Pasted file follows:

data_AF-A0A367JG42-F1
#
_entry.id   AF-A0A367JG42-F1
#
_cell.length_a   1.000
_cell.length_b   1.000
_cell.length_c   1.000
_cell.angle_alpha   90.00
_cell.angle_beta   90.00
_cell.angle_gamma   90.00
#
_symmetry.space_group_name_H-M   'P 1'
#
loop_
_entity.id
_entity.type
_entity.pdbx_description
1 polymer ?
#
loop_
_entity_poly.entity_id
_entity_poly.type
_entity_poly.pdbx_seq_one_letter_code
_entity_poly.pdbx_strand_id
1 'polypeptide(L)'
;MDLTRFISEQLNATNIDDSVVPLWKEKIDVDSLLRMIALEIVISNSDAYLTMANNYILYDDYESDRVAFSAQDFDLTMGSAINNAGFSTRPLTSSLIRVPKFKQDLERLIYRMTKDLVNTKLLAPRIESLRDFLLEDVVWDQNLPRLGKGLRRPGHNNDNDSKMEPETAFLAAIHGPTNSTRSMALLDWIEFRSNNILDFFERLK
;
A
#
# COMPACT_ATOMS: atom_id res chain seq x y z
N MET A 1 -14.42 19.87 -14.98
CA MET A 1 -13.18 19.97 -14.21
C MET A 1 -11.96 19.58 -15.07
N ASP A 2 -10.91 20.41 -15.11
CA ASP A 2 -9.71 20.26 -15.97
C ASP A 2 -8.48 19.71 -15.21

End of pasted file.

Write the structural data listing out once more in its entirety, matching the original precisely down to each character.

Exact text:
data_AF-A0A367JG42-F1
#
_entry.id   AF-A0A367JG42-F1
#
_cell.length_a   1.000
_cell.length_b   1.000
_cell.length_c   1.000
_cell.angle_alpha   90.00
_cell.angle_beta   90.00
_cell.angle_gamma   90.00
#
_symmetry.space_group_name_H-M   'P 1'
#
loop_
_entity.id
_entity.type
_entity.pdbx_description
1 polymer ?
#
loop_
_entity_poly.entity_id
_entity_poly.type
_entity_poly.pdbx_seq_one_letter_code
_entity_poly.pdbx_strand_id
1 'polypeptide(L)'
;MDLTRFISEQLNATNIDDSVVPLWKEKIDVDSLLRMIALEIVISNSDAYLTMANNYILYDDYESDRVAFSAQDFDLTMGSAINNAGFSTRPLTSSLIRVPKFKQDLERLIYRMTKDLVNTKLLAPRIESLRDFLLEDVVWDQNLPRLGKGLRRPGHNNDNDSKMEPETAFLAAIHGPTNSTRSMALLDWIEFRSNNILDFFERLK
;
A
#
# COMPACT_ATOMS: atom_id res chain seq x y z
N MET A 1 -14.42 19.87 -14.98
CA MET A 1 -13.18 19.97 -14.21
C MET A 1 -11.96 19.58 -15.07
N ASP A 2 -10.91 20.41 -15.11
CA ASP A 2 -9.71 20.26 -15.97
C ASP A 2 -8.48 19.71 -15.21